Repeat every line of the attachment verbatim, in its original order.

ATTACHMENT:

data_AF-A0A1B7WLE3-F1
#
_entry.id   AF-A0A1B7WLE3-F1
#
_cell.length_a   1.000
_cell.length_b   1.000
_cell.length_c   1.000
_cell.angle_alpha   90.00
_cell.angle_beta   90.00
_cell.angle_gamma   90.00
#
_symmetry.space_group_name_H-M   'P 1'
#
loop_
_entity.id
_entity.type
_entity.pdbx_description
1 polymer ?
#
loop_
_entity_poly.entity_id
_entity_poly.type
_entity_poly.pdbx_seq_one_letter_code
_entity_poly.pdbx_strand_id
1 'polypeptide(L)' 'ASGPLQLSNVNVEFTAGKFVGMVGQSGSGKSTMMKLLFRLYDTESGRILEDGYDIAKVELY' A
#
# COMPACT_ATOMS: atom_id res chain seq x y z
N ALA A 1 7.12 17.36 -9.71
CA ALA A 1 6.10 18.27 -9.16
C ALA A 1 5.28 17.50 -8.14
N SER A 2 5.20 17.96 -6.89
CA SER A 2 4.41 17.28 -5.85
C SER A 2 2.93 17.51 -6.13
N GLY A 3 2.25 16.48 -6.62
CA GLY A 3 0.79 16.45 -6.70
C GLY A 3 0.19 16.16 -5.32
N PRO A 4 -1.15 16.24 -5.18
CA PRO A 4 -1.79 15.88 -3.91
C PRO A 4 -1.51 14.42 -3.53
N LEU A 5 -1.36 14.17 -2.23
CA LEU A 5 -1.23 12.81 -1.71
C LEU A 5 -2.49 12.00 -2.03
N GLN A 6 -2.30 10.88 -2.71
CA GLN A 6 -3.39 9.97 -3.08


data_AF-A0A1B7WLE3-F1
#
_entry.id   AF-A0A1B7WLE3-F1
#
_cell.length_a   1.000
_cell.length_b   1.000
_cell.length_c   1.000
_cell.angle_alpha   90.00
_cell.angle_beta   90.00
_cell.angle_gamma   90.00
#
_symmetry.space_group_name_H-M   'P 1'
#
loop_
_entity.id
_entity.type
_entity.pdbx_description
1 polymer ?
#
loop_
_entity_poly.entity_id
_entity_poly.type
_entity_poly.pdbx_seq_one_letter_code
_entity_poly.pdbx_strand_id
1 'polypeptide(L)' 'ASGPLQLSNVNVEFTAGKFVGMVGQSGSGKSTMMKLLFRLYDTESGRILEDGYDIAKVELY' A
#
# COMPACT_ATOMS: atom_id res chain seq x y z
N ALA A 1 7.12 17.36 -9.71
CA ALA A 1 6.10 18.27 -9.16
C ALA A 1 5.28 17.50 -8.14
N SER A 2 5.20 17.96 -6.89
CA SER A 2 4.41 17.28 -5.85
C SER A 2 2.93 17.51 -6.13
N GLY A 3 2.25 16.48 -6.62
CA GLY A 3 0.79 16.45 -6.70
C GLY A 3 0.19 16.16 -5.32
N PRO A 4 -1.15 16.24 -5.18
CA PRO A 4 -1.79 15.88 -3.91
C PRO A 4 -1.51 14.42 -3.53
N LEU A 5 -1.36 14.17 -2.23
CA LEU A 5 -1.23 12.81 -1.71
C LEU A 5 -2.49 12.00 -2.03
N GLN A 6 -2.30 10.88 -2.71
CA GLN A 6 -3.39 9.97 -3.08